In December, the sun sleeps late and lays to rest early. Short winter days bring cold nights and chilly mornings. Mid-afternoon, we rejoice in the sun’s warmth and bask in the bright light bringing intense colors and deep shadows. On windswept Mussel Rock Beach, I painted alongside my friends, also painters, grateful for the beautiful sunny day and the winter light striking the rain-restored landscape: so many greens. For the moment, darkness was banished beyond the horizon, the place where threatening storms lay in wait. Finding solace in this place, momentarily I put aside my fears.
The poet Michael Palmer gave the keynote address On the Sustaining of Culture in Dark Times for the February 2004 Sustainable Living Conference at Evergreen State College. Drawing upon the actions and imagery of 9/11 and the subsequent Iraq War, Palmer states “demagoguery, deceit, and denial of the other, such crimes against language are the grounds of despotism. And all in the trusted name of “liberty,” “freedom” and “democracy…yet, for brazen and blatant lies to work, there must be people to believe them, or choose to believe them, or simply be indifferent…” The United States initiated the Iraq War for several reasons: save the world from alleged weapons of mass destruction held by the despot Saddam Hussein, seek retribution for the destruction of the World Trade Center, and re-engineer a nation based on democracy and free trade. What did it achieve? Considered an act of rebellion against the Roman Republic, Julius Caesar, marched his troops across the Rubicon uttering the famous words alea iacta est “the die is cast.” When the United States “crossed the Tigres and Euphrates,” the die was cast, setting in motion events drastically reshaping geo-political alliances and pressuring democracies to choose security over freedom.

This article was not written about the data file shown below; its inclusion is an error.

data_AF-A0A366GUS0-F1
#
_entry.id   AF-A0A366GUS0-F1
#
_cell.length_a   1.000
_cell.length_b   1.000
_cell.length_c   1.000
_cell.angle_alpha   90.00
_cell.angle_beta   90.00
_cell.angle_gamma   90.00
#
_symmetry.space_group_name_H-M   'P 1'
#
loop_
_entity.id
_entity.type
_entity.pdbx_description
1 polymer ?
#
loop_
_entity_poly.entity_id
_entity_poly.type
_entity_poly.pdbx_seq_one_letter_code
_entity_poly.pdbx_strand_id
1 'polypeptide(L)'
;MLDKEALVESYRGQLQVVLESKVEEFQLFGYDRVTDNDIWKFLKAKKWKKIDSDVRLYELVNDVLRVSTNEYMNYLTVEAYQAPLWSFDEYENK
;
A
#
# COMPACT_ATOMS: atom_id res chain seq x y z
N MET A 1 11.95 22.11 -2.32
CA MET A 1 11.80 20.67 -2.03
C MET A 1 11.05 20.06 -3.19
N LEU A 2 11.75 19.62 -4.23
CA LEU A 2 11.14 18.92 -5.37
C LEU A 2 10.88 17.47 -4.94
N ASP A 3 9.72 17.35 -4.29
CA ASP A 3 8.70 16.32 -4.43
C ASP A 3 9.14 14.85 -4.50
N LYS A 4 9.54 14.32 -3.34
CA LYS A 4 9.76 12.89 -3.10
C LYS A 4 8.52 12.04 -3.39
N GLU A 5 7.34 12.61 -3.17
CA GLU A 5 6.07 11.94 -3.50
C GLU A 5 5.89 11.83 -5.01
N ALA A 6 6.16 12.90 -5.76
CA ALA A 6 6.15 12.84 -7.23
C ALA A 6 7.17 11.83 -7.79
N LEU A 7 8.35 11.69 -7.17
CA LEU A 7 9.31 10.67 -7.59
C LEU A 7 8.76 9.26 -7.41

Later today, across the nation, the Electoral College will meet in fifty state capitals casting ballots for the next President of the United States. Electors will vote – another die will be cast – and there will be no going back. Noir flourishes in the light of day.